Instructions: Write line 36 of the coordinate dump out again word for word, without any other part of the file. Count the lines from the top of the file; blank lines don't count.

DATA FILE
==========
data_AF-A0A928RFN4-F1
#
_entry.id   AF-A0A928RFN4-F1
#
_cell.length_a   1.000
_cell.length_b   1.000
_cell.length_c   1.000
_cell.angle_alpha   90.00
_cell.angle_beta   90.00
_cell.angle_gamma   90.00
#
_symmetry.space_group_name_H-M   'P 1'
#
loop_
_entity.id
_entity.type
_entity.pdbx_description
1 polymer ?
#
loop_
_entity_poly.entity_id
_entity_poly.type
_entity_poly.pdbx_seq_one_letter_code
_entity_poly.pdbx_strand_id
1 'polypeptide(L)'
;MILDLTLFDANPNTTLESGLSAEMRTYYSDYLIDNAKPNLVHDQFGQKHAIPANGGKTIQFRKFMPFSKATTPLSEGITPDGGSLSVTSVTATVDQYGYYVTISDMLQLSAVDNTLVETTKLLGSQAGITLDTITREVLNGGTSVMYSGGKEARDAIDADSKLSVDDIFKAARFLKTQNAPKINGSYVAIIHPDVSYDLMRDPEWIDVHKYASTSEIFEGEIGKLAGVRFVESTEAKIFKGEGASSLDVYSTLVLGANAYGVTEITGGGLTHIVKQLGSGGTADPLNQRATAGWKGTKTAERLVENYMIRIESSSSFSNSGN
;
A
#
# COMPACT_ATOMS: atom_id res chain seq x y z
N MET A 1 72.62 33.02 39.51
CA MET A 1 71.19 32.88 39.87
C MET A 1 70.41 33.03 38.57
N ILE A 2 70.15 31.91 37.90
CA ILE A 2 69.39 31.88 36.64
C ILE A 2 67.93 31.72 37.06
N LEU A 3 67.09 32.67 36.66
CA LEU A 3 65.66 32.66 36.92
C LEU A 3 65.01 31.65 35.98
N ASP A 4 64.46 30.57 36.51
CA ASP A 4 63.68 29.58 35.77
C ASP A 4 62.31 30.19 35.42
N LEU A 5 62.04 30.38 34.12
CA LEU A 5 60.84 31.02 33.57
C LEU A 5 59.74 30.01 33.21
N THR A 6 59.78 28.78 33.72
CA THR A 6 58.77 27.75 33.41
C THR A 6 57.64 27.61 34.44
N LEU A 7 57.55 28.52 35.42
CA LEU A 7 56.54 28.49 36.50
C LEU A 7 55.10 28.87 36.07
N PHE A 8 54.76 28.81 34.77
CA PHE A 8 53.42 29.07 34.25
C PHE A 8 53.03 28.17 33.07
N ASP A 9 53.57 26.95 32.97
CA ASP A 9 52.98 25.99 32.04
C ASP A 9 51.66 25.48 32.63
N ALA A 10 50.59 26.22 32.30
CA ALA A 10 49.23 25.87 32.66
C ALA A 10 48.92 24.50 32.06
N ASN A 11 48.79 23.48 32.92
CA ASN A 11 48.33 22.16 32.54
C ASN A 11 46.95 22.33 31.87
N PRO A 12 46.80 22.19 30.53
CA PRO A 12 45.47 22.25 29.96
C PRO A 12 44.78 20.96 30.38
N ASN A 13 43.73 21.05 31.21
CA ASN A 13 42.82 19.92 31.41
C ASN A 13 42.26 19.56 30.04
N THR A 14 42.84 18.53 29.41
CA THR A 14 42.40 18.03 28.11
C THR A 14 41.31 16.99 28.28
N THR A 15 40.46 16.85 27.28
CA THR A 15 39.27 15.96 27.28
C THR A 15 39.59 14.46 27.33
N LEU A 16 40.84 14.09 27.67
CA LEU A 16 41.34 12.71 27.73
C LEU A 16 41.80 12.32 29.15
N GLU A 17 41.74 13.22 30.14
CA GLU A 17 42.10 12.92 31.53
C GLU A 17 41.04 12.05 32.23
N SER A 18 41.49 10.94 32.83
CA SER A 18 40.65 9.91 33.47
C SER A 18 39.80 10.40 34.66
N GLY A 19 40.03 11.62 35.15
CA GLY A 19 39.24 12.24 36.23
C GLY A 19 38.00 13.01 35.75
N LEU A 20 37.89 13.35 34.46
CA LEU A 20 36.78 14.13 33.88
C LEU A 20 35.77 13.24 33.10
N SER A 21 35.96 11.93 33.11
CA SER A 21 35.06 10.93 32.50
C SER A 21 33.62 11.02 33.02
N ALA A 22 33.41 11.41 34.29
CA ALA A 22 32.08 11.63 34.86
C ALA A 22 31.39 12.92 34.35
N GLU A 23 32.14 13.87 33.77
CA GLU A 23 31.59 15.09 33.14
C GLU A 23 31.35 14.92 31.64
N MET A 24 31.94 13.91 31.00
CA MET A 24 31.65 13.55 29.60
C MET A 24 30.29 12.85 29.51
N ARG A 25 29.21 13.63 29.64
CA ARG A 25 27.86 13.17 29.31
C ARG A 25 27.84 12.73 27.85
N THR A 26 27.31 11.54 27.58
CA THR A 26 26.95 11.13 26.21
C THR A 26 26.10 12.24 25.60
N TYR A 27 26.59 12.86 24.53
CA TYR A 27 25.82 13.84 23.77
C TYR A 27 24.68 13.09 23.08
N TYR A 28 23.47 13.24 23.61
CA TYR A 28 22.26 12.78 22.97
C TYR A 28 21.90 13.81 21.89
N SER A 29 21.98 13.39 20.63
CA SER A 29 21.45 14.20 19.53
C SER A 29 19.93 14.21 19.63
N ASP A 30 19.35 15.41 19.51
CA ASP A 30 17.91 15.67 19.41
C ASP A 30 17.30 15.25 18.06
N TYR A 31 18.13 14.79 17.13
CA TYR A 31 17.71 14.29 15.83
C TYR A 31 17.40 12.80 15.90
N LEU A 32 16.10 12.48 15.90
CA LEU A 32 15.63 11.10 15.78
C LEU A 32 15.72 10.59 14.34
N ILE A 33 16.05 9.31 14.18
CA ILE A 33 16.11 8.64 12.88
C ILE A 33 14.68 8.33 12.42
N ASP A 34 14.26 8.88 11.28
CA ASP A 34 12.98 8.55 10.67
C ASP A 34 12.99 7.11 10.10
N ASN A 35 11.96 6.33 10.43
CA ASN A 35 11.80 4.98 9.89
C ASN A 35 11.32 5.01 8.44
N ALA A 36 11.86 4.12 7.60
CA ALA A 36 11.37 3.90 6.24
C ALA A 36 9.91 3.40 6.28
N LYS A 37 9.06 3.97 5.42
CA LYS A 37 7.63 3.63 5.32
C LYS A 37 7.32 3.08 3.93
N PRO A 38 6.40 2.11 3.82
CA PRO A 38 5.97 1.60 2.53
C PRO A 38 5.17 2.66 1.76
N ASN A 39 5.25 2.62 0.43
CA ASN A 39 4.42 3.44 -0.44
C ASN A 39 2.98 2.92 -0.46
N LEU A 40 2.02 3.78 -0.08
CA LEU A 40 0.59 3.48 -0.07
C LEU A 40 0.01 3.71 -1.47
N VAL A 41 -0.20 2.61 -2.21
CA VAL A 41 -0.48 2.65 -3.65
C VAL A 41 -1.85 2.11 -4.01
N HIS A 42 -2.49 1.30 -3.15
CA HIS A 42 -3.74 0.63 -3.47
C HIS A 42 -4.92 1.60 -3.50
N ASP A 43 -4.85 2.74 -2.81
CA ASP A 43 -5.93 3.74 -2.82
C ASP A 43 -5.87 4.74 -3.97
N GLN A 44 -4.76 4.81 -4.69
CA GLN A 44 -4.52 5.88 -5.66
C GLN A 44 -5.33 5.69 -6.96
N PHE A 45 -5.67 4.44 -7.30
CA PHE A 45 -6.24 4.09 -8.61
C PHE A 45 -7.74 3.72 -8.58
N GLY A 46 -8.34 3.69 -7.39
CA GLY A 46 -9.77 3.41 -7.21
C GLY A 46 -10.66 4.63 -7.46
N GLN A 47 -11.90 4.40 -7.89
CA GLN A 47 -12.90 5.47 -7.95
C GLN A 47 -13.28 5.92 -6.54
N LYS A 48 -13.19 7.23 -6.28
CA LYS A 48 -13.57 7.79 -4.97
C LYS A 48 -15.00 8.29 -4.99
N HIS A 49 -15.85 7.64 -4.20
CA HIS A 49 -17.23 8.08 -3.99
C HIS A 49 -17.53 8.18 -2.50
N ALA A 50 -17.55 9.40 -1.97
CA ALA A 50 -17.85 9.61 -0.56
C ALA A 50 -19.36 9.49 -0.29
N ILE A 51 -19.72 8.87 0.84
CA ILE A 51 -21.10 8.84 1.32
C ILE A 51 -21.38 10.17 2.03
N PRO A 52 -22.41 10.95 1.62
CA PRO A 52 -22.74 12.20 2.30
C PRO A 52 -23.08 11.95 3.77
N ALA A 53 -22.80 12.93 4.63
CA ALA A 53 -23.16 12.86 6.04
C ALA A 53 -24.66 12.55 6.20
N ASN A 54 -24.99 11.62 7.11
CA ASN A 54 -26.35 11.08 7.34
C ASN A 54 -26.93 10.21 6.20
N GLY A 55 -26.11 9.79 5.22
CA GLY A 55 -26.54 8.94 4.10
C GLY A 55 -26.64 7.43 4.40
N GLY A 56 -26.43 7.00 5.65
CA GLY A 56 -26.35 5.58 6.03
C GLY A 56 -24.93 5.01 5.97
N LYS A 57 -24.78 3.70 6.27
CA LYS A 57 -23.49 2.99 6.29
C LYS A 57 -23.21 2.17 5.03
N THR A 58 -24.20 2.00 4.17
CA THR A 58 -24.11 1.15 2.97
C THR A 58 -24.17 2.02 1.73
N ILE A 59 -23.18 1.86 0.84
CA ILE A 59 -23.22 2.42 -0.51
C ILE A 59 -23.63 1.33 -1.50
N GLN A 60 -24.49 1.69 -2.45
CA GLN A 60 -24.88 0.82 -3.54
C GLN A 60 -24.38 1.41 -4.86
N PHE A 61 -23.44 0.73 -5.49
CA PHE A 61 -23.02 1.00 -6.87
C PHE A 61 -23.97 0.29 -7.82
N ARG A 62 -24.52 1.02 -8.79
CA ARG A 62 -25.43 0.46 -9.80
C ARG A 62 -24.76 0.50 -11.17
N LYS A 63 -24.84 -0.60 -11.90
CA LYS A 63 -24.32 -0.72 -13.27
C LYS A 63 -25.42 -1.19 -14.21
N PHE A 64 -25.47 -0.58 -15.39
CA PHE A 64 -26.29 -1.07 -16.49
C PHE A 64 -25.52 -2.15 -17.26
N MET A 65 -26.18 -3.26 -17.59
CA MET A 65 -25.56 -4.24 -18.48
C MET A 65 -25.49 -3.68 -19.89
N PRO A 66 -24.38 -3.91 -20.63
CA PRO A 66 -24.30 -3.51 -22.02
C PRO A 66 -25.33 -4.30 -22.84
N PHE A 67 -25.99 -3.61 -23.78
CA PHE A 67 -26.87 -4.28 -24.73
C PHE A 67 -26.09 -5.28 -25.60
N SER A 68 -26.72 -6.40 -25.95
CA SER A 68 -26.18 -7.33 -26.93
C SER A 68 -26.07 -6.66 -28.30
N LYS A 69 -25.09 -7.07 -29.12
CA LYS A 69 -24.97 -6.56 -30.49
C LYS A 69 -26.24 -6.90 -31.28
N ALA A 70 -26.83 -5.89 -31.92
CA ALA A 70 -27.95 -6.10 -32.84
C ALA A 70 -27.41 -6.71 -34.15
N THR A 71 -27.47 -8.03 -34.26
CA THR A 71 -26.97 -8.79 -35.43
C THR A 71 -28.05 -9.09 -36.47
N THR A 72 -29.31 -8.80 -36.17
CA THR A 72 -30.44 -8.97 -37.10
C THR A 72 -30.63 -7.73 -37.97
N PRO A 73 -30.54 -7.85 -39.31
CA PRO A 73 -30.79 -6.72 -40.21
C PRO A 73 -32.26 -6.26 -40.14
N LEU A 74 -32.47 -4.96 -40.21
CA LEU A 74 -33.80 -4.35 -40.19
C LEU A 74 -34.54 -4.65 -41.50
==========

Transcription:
C ILE A 2 67.93 31.72 37.06